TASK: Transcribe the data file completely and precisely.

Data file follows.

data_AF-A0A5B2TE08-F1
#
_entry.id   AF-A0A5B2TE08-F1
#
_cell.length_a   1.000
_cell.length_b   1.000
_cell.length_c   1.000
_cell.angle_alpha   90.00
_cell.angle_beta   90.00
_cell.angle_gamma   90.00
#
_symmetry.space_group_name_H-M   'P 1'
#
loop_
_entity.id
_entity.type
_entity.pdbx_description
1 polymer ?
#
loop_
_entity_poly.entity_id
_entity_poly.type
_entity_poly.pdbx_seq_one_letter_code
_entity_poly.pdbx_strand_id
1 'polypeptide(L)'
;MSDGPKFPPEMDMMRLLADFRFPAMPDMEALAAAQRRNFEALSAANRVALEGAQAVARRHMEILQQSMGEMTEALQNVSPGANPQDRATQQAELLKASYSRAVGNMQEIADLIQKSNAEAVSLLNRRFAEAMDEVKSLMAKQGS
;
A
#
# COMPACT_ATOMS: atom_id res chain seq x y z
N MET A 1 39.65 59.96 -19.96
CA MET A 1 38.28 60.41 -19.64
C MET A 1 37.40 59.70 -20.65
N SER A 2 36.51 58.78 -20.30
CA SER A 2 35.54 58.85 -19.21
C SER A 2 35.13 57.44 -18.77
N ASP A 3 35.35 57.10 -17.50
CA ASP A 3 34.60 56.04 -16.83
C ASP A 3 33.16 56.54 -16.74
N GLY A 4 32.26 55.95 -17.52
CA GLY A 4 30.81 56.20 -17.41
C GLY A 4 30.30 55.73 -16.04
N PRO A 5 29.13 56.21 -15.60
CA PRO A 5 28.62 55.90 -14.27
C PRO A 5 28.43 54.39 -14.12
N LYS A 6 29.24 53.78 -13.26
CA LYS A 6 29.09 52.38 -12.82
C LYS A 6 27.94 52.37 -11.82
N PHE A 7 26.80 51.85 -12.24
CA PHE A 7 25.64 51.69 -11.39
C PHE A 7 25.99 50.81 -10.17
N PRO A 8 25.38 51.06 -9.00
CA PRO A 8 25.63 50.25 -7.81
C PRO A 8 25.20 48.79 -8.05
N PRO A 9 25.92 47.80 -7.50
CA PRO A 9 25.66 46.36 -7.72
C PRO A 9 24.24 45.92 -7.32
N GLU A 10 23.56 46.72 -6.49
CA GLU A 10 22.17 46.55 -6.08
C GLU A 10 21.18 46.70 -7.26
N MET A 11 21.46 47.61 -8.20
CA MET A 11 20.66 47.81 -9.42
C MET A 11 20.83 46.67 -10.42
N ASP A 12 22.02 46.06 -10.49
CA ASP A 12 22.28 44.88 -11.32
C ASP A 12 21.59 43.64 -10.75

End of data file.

data_AF-A0A5B2TE08-F1
#
_entry.id   AF-A0A5B2TE08-F1
#
_cell.length_a   1.000
_cell.length_b   1.000
_cell.length_c   1.000
_cell.angle_alpha   90.00
_cell.angle_beta   90.00
_cell.angle_gamma   90.00
#
_symmetry.space_group_name_H-M   'P 1'
#
loop_
_entity.id
_entity.type
_entity.pdbx_description
1 polymer ?
#
loop_
_entity_poly.entity_id
_entity_poly.type
_entity_poly.pdbx_seq_one_letter_code
_entity_poly.pdbx_strand_id
1 'polypeptide(L)'
;MSDGPKFPPEMDMMRLLADFRFPAMPDMEALAAAQRRNFEALSAANRVALEGAQAVARRHMEILQQSMGEMTEALQNVSPGANPQDRATQQAELLKASYSRAVGNMQEIADLIQKSNAEAVSLLNRRFAEAMDEVKSLMAKQGS
;
A
#
# COMPACT_ATOMS: atom_id res chain seq x y z
N MET A 1 39.65 59.96 -19.96
CA MET A 1 38.28 60.41 -19.64
C MET A 1 37.40 59.70 -20.65
N SER A 2 36.51 58.78 -20.30
CA SER A 2 35.54 58.85 -19.21
C SER A 2 35.13 57.44 -18.77
N ASP A 3 35.35 57.10 -17.50
CA ASP A 3 34.60 56.04 -16.83
C ASP A 3 33.16 56.54 -16.74
N GLY A 4 32.26 55.95 -17.52
CA GLY A 4 30.81 56.20 -17.41
C GLY A 4 30.30 55.73 -16.04
N PRO A 5 29.13 56.21 -15.60
CA PRO A 5 28.62 55.90 -14.27
C PRO A 5 28.43 54.39 -14.12
N LYS A 6 29.24 53.78 -13.26
CA LYS A 6 29.09 52.38 -12.82
C LYS A 6 27.94 52.37 -11.82
N PHE A 7 26.80 51.85 -12.24
CA PHE A 7 25.64 51.69 -11.39
C PHE A 7 25.99 50.81 -10.17
N PRO A 8 25.38 51.06 -9.00
CA PRO A 8 25.63 50.25 -7.81
C PRO A 8 25.20 48.79 -8.05
N PRO A 9 25.92 47.80 -7.50
CA PRO A 9 25.66 46.36 -7.72
C PRO A 9 24.24 45.92 -7.32
N GLU A 10 23.56 46.72 -6.49
CA GLU A 10 22.17 46.55 -6.08
C GLU A 10 21.18 46.70 -7.26
N MET A 11 21.46 47.61 -8.20
CA MET A 11 20.66 47.81 -9.42
C MET A 11 20.83 46.67 -10.42
N ASP A 12 22.02 46.06 -10.49
CA ASP A 12 22.28 44.88 -11.32
C ASP A 12 21.59 43.64 -10.75